It is indeed difficult to believe that almost a year to the day of writing this report, the first case of COVID-19 was identified in Ontario. While at first, not many of us saw this event as life altering, but just a few short weeks later the Province was asking us to make substantial changes in our social, personal, and professional lives in ways that we had never done before.
Initially, many members of the College were unsure of how to proceed. We had been taught to practice our profession in a face-to-face manner. Social distancing had never been an issue other than to respect professional boundaries of interaction. Now the task was to find safe and effective ways to practice using media that we were unsure would meet Provincial standards of privacy. Furthermore, given that telehealth was not a medium that was part of our professional training, for many of us, we wondered whether we would be able to offer our clients services that would be effective.
Now, a year into the pandemic, the initial concerns have lessened. Training facilities have made adaptations to ensure that interns and practicum students receive quality experiences as they approach entrance into membership in the profession. Not all these experiences are the same as they have been in the past, but we can say with confidence that new members have successfully learned to adapt to rapidly changing circumstances in creative and flexible ways. In similar fashion, more experienced members of the College have embraced technologies that bridged the physical distancing that the pandemic imposed upon them and their clients. The challenges that we have faced have provided new opportunities for growth and development. I commend the members of the College for finding the means for continuing to offer a high standard of service to the community.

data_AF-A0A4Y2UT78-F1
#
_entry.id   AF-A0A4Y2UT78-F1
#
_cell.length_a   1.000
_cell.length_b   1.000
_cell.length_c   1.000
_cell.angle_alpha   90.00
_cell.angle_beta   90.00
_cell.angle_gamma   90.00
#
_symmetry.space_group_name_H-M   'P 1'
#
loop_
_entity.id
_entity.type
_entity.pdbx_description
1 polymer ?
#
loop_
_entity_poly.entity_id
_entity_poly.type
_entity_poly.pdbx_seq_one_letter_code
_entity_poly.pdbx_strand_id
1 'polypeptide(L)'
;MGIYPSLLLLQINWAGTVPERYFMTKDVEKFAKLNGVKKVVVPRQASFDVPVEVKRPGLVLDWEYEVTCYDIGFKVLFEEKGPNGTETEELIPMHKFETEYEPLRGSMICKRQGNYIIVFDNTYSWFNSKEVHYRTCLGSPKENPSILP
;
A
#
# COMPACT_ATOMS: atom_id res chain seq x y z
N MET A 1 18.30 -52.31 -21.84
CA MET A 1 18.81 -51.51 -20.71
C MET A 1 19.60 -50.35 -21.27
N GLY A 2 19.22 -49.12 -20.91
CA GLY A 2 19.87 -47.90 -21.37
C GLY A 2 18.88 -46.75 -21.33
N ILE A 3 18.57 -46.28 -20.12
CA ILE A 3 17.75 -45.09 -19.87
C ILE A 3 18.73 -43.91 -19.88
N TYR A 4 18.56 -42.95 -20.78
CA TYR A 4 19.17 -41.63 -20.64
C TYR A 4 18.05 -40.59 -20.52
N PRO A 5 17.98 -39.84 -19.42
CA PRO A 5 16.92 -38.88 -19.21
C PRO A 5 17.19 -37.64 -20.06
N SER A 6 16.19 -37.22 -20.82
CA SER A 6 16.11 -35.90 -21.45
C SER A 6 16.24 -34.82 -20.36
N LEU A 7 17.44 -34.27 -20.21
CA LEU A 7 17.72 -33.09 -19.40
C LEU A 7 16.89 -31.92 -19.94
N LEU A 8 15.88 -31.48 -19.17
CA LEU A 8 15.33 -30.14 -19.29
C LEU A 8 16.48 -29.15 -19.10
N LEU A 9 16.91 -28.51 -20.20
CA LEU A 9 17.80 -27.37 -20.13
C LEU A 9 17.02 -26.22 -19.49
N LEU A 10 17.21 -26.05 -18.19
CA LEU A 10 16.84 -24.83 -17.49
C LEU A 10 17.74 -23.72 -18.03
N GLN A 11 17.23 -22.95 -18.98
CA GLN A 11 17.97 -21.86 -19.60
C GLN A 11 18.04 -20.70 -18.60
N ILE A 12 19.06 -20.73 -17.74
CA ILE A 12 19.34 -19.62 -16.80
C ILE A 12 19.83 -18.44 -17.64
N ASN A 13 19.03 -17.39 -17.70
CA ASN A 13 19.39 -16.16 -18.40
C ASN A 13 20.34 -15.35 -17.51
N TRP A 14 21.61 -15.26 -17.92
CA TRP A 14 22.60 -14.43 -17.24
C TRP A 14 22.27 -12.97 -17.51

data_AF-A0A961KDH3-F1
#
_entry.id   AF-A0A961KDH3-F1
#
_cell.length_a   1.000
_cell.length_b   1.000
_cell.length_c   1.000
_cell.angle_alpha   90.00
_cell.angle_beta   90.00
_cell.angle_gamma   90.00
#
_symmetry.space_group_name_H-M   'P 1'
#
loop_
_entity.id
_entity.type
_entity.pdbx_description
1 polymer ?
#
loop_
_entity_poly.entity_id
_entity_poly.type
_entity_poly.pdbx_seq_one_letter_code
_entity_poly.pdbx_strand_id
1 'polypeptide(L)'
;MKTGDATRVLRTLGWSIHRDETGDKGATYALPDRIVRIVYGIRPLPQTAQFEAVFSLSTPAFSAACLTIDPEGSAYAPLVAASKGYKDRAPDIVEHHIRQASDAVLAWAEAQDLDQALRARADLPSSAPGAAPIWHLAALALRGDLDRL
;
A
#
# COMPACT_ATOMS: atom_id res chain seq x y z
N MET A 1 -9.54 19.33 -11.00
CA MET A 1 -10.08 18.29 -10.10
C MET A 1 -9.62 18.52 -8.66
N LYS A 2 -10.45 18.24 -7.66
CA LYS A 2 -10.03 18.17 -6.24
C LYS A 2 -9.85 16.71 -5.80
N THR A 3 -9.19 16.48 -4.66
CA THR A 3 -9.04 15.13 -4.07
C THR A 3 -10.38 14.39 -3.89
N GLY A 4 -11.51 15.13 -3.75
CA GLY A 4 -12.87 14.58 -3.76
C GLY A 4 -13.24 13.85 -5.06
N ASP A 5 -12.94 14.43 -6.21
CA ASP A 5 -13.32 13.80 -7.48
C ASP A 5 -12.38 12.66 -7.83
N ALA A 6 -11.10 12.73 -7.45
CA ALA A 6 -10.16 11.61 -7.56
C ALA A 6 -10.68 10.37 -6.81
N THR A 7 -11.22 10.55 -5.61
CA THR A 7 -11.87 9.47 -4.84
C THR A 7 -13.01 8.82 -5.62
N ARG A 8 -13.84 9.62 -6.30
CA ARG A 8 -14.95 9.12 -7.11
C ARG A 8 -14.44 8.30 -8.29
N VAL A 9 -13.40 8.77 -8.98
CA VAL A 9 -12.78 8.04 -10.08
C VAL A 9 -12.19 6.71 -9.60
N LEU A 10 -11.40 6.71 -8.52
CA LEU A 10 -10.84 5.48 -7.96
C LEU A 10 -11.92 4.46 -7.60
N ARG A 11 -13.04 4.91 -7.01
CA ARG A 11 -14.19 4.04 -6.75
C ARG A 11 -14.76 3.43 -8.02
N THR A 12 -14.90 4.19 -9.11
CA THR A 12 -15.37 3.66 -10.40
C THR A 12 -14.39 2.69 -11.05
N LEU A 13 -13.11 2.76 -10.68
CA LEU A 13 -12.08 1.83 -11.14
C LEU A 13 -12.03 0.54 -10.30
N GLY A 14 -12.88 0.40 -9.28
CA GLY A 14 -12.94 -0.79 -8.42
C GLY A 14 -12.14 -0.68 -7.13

“Now, a year into the pandemic, the initial concerns have lessened.”
I would also note how the College and its staff have pivoted to meet our legislative responsibilities. All committee work is conducted online. We are quickly moving toward a paperless operation. Oral exams and discipline hearings are now being conducted virtually. The Barbara Wand Seminar has been viewed online by a large proportion of the membership. Needless to say, what we are missing is the opportunity for senior staff and Council members to meet face to face with each other and members of the College. In the coming weeks, I am going to explore the possibility of holding virtual town halls across the Province to share views on our practice during the pandemic and other professional matters. I would encourage members to communicate with me and the Registrar, Dr. Rick Morris, about other ideas that could enhance the profession of Psychology in the Province.
As vaccinations become available, we see the first glimmer of hope that the pandemic will be ending. Public health projections suggest that a lower rate of infection is at least nine to twelve months away. In the interim, this is a good time to think about what we will take away from this experience. We have learned new ways of practice. Will they become the norm, or will we return to modes of service that were followed before the pandemic? Will telehealth be part of graduate training in the future? How can the College most efficaciously carry out its legislative mandate? The pandemic has placed us in a position to re-evaluate how we practice and regulate the profession. This is a unique opportunity and one that should not be missed.
May you all be well.
Michael Grand, PhD, C.Psych.